Wayne Clark was born and raised in Portland, Maine. After working here for 28 years, he took a job across the country in a suburb of the other Portland.

When he got there in 2008, he barely knew that wine was produced in Oregon or Washington at all.

Then Clark tasted a Pinot Noir from a tap at a local wine bar. With his partner, Kim Laramy, unable to leave work in Maine and join him on the west coast, Clark had some time on his hands.

So he began exploring the small wineries of Oregon’s Willamette Valley, and found many he loved. Usually, their production was so tiny – and their time for marketing so limited – that sales were limited to the tasting room, local restaurants and maybe an email list.

Clark and Laramy (who by 2010 had joined Clark on the west coast) started bringing bottles back to Maine on visits to share with friends. The friends loved the wines.

The partners started ORWA Wine Brokerage, which establishes relationships with the wineries. Devenish Wines, the Maine distributor, purchases the wines in Oregon and ships them directly to Maine to distribute here.


The five wineries ORWA brokers now sell their wines in their tasting rooms, in restaurants and via their wine club, and in Maine – and nowhere else.

Clark and Laramy want to break even, stay small, keep their day jobs, maybe find a New Hampshire partner. But Mainers can celebrate, because our access to Pacific Northwest wines is usually constrained to the larger producers who can afford to ship big quantities.

ORWA wines have different flavor profiles, but they share a spirit of delicacy, balance and moderation that so many domestic wines lack. (They’re also startlingly inexpensive.) The reds are silky and enduring rather than formidable and dominating. Many of the whites have the aromatic impact and focused acidity I associate with northern Italy and Austria.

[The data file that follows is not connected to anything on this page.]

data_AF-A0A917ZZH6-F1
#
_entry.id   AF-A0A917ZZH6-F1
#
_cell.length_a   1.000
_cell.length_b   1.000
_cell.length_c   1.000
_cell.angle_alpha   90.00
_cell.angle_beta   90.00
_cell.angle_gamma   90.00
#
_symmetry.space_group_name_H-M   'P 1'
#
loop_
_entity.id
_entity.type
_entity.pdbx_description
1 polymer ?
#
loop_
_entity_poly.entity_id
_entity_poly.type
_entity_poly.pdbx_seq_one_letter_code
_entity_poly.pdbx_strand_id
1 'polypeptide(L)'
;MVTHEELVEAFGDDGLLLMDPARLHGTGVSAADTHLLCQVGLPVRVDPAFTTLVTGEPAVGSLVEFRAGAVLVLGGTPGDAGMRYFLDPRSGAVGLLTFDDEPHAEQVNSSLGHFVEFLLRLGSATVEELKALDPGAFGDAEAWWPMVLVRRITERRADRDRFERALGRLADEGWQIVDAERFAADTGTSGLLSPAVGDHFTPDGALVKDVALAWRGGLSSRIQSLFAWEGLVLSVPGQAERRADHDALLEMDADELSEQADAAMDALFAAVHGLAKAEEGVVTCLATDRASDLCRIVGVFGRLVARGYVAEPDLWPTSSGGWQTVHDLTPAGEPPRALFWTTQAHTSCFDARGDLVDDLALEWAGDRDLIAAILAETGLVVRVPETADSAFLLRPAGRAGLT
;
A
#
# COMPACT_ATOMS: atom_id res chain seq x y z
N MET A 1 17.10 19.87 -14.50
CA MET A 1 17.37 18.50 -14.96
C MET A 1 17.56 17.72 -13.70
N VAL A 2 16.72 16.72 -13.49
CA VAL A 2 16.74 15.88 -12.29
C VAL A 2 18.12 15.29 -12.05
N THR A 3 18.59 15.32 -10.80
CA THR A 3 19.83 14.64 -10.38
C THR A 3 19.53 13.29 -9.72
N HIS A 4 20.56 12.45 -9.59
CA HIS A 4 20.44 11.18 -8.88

The producers themselves farm and vinify with light hands. Some of them are only winemakers part time, measuring annual production in the hundreds of cases rather than tens of thousands.

Others have inherited their vineyards from grandparents. Our kind of people, and my kind of wines.

“One of the nice things about here,” said Clark, 57, “is that there are so many small producers. Frankly, I worry about them, because they’re producing so little wine.”


Land is generally cheaper in Oregon than in California, but “not as cheap as it was 10 or so years ago,” according to Clark. “There are dozens and dozens of small producers out here, but they won’t fit my model because their prices are too high The Grateful Reds of the world (see below) are proof that you can make a good $18 Pinot, but it’s not easy.”

However, the ORWA wines are inverse proof that so much of what determines wine prices is based on ego, marketing and other peripheral matters.

Clark and Laramy, by virtue of their commitment to what counts – people, land and honest and interesting wine – are worth following, and the wines they’ve worked to bring us (only some of which are mentioned below) are worth seeking out.


Illahe, Oregon: The Austrian-varietal Gruner Veltliner 2010 ($16) is just as bright and refreshing as in its native land, but also a bit more open and giving than the young, bracing shots for which Austria is recognized.

Illahe’s Riesling 2010 ($16) is eyes-wide dry, tart apples and incredibly focused.


After tasting the Germanic influences on their whites, I expected Illahe’s Pinot Noir 2009 ($22) to fall in line. Surprisingly, it’s quite ripe and fruity, but with that silky gown that Clark adores.


Redhawk Grateful Red 2009, Willamette Valley, Oregon ($17): You’ll either love or hate the label, but the wine is achingly pretty, shapely (my tasting notes read “hourglass”), with candy-rich strawberries and a smooth ease that are hard to dislike.


Angel Vine: Made in Oregon from grapes grown in Columbia Valley in Washington state. The Zinfandel 2009 ($19), with bantamweight 14.9 percent alcohol, is almost under-structured and introverted. It’s still unmistakably Zin – mocha, berries, spice – and is perfect for burgers or wet-sauce ribs, but with a smoothness and lean, taut texture that let you breathe easy.

Then there’s Angel Vine’s “The Hellion” 2008 ($22), a Primitivo/Petite Sirah blend that will kick you across the room while you beg for more. My excited tasting notes read “remarkably rambunctious,” except I didn’t use “remarkably,” if you get me.


It’s one of the manliest wines I’ve ever tasted – dark, tarry, super extracted, terribly intense. Earlier, I wrote that ORWA’s wines are not “formidable and dominating,” but here’s the exception. Hard to find, but worth tracking down if only just to be gratified that something this insane can be contained in glass.


Joe Appel works at Rosemont Market. His blog, soulofwine.com, continues the conversation, and he can be reached at: soulofwine.appel@gmail.com


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